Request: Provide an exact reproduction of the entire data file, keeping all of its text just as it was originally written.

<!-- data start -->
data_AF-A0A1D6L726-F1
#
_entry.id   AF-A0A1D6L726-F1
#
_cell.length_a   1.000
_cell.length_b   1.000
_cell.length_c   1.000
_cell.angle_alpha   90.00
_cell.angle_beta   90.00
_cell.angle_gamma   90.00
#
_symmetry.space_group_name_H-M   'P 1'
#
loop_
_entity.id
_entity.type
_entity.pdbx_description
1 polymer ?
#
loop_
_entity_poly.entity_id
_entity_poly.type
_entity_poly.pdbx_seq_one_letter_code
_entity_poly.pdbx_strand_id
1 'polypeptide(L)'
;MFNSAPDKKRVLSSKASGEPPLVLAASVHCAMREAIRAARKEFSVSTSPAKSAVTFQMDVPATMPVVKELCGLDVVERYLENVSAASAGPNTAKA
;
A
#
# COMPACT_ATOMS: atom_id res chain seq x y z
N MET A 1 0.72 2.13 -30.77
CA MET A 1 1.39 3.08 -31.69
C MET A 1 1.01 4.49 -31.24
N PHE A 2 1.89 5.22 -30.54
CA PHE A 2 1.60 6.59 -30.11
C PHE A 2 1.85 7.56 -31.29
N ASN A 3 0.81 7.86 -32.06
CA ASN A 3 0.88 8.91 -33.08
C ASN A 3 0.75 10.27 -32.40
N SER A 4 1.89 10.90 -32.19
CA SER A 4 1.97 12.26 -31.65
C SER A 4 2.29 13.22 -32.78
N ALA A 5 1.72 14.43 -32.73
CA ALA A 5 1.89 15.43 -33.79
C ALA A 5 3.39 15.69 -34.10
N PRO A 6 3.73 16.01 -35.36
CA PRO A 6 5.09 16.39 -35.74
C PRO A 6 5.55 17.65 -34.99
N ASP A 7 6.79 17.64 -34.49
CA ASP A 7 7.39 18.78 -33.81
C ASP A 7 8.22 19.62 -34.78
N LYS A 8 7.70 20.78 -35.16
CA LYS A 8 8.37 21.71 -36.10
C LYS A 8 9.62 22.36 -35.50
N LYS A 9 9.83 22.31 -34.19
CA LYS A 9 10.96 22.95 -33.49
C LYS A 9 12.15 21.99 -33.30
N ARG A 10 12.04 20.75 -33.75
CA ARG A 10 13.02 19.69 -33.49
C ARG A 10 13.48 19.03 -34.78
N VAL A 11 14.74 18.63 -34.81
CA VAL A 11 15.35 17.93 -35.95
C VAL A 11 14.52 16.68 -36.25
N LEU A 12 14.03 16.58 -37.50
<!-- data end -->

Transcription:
data_AF-A0A1D6L726-F1
#
_entry.id   AF-A0A1D6L726-F1
#
_cell.length_a   1.000
_cell.length_b   1.000
_cell.length_c   1.000
_cell.angle_alpha   90.00
_cell.angle_beta   90.00
_cell.angle_gamma   90.00
#
_symmetry.space_group_name_H-M   'P 1'
#
loop_
_entity.id
_entity.type
_entity.pdbx_description
1 polymer ?
#
loop_
_entity_poly.entity_id
_entity_poly.type
_entity_poly.pdbx_seq_one_letter_code
_entity_poly.pdbx_strand_id
1 'polypeptide(L)'
;MFNSAPDKKRVLSSKASGEPPLVLAASVHCAMREAIRAARKEFSVSTSPAKSAVTFQMDVPATMPVVKELCGLDVVERYLENVSAASAGPNTAKA
;
A
#
# COMPACT_ATOMS: atom_id res chain seq x y z
N MET A 1 0.72 2.13 -30.77
CA MET A 1 1.39 3.08 -31.69
C MET A 1 1.01 4.49 -31.24
N PHE A 2 1.89 5.22 -30.54
CA PHE A 2 1.60 6.59 -30.11
C PHE A 2 1.85 7.56 -31.29
N ASN A 3 0.81 7.86 -32.06
CA ASN A 3 0.88 8.91 -33.08
C ASN A 3 0.75 10.27 -32.40
N SER A 4 1.89 10.90 -32.19
CA SER A 4 1.97 12.26 -31.65
C SER A 4 2.29 13.22 -32.78
N ALA A 5 1.72 14.43 -32.73
CA ALA A 5 1.89 15.43 -33.79
C ALA A 5 3.39 15.69 -34.10
N PRO A 6 3.73 16.01 -35.36
CA PRO A 6 5.09 16.39 -35.74
C PRO A 6 5.55 17.65 -34.99
N ASP A 7 6.79 17.64 -34.49
CA ASP A 7 7.39 18.78 -33.81
C ASP A 7 8.22 19.62 -34.78
N LYS A 8 7.70 20.78 -35.16
CA LYS A 8 8.37 21.71 -36.10
C LYS A 8 9.62 22.36 -35.50
N LYS A 9 9.83 22.31 -34.19
CA LYS A 9 10.96 22.95 -33.49
C LYS A 9 12.15 21.99 -33.30
N ARG A 10 12.04 20.75 -33.75
CA ARG A 10 13.02 19.69 -33.49
C ARG A 10 13.48 19.03 -34.78
N VAL A 11 14.74 18.63 -34.81
CA VAL A 11 15.35 17.93 -35.95
C VAL A 11 14.52 16.68 -36.25
N LEU A 12 14.03 16.58 -37.50